Industrial Grade Linguist
- May 28, 2017
- Bellevue, WA
- Basic Beliefs
- Atheist humanist
Technically, everything is an illusion, since our models of reality are all interpretations of sense data.
The term "model" is correct. The brain organizes sensory data into a model of reality consisting of objects and events. When the model is accurate enough to be useful, as when we navigate our bodies through a doorway, then we call that "reality", because the model is our only access to reality. It is only when the model is inaccurate enough to cause a problem, as when we walk into a glass door thinking it is open, that the word "illusion" is appropriate.
The notions of "reality" and "illusion" are used to make that important distinction.
That depends on how we use the words. Normally, we use "illusion" to refer to a perceptual experience that causes us to misconstrue reality, such as when we walk into a glass door because of the visual illusion caused by the transparency of glass. Glass is solid. However, it is also liquid, because it flows like a liquid over time. And water is not so solid, because we can move our bodies through it. Unless, of course, your body is moving very fast when it comes into contact with the water. That's why water landings can be very dangerous for airplanes. If the airplane speed isn't slowed down enough, the airplane will break apart. So my point is that the solidity of an object can be taken as an accurate reflection of reality or illusion, depending on how we perceive an interaction with it.
True, but that's not what I said. You have to perceive something in order to ignore it, but perception always depends on the perspective of the observer. Background perceptions that the mind filters out are still bona fide perceptions of reality.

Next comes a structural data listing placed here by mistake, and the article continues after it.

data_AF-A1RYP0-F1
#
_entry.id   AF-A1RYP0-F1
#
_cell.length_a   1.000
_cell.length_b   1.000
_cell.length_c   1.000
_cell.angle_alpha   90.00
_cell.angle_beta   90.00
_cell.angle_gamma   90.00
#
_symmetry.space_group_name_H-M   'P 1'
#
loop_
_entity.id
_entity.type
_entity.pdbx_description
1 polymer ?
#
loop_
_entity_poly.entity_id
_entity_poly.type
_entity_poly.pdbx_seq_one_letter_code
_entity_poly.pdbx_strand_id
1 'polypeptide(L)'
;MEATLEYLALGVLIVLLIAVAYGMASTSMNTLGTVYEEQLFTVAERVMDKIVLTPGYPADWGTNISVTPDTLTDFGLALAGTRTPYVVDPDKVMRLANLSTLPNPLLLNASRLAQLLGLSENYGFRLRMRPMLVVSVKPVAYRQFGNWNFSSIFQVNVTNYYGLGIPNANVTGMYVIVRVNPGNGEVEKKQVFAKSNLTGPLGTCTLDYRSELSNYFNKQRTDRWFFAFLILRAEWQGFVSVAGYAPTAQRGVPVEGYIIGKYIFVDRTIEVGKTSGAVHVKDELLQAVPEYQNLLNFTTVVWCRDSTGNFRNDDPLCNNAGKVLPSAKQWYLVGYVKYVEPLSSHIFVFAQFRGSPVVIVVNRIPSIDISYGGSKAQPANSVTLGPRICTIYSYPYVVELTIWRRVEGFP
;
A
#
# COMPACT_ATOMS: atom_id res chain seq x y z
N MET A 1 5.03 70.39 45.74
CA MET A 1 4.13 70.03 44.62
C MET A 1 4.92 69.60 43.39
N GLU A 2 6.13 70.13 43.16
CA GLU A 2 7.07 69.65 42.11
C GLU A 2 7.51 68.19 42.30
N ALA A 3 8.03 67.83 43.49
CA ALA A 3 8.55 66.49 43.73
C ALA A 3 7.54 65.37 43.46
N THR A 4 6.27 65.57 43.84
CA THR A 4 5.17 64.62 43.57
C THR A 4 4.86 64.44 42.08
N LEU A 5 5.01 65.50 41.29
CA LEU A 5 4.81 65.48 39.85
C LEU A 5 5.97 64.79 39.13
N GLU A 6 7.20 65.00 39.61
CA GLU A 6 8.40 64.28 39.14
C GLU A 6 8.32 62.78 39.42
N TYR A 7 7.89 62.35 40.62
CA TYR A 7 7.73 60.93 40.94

Well, we can quibble over what we mean by "disappear". Perhaps "becomes irrelevant to the observer" would be a better characterization of shifting perspective to an observer that is not part of the timeline. That's why I like to bring up the example of reading a novel. Intellectually, we know that the characters in it are not real, but we don't enjoy the illusion of the story unless we can "suspend reality". That is, we shift perspectives in order to enjoy the experience of reading the novel.
If one takes the position of a soft determinist or compatibilist, then one can also shift perspective to one where consequences are unknown. From that perspective the future does not exist, only alternative versions of what it is likely to become.
And we have all experienced that uncertainty and humans have evolved specific language and logic to deal with it. When we do not know what "will" happen, we imagine what "can" happen, to prepare for what "does" happen.
Exactly right. In fact, all animals experience uncertainty and build predictive models of the future. We program robots to do that, as well. Humans have just evolved a means of communicating thoughts through a complex auditory signal. So all languages have tense and aspect expressions to communicate thoughts about when events happen and how long the events last.
Hard determinists simply refuse to acknowledge that reality can be perceived differently--experienced from different angles. They cling to the delusion that there can be only one possible way to experience of reality. So you have to choose between the reality where all future outcomes are known and the one where they are not known. You can't have both.
But the ordinary "man on the street" has no problem using the correct logic in the correct situation. He speaks and acts with certainty in matters of certainty, like when he is hammering a nail. He speaks and acts with uncertainty, referring to things that he "can" do (like hammering a nail) even when he is not hammering a nail. He imagines building a dog house for his pet, and knows instinctively that his dog cannot sleep in the "possibility" of a dog house but only in an "actual" dog house.
So, ordinary language provides the hard determinist with all the tools he needs to keep things straight in his head. And it is only when he confuses himself with abstractions and draws false inferences from his concepts that he ends up creating paradoxes that are too complex for him to climb out of.
This has been the position of so-called Ordinary Language Philosophy. A word of caution on the Wikipedia article, however. It associates OLP with Logical Positivism, which partly came out of Wittgenstein's early work with Bertrand Russell. OLP was actually inspired by Wittgenstein's later work, which rejected the verificationism that Logical Positivism is associated with.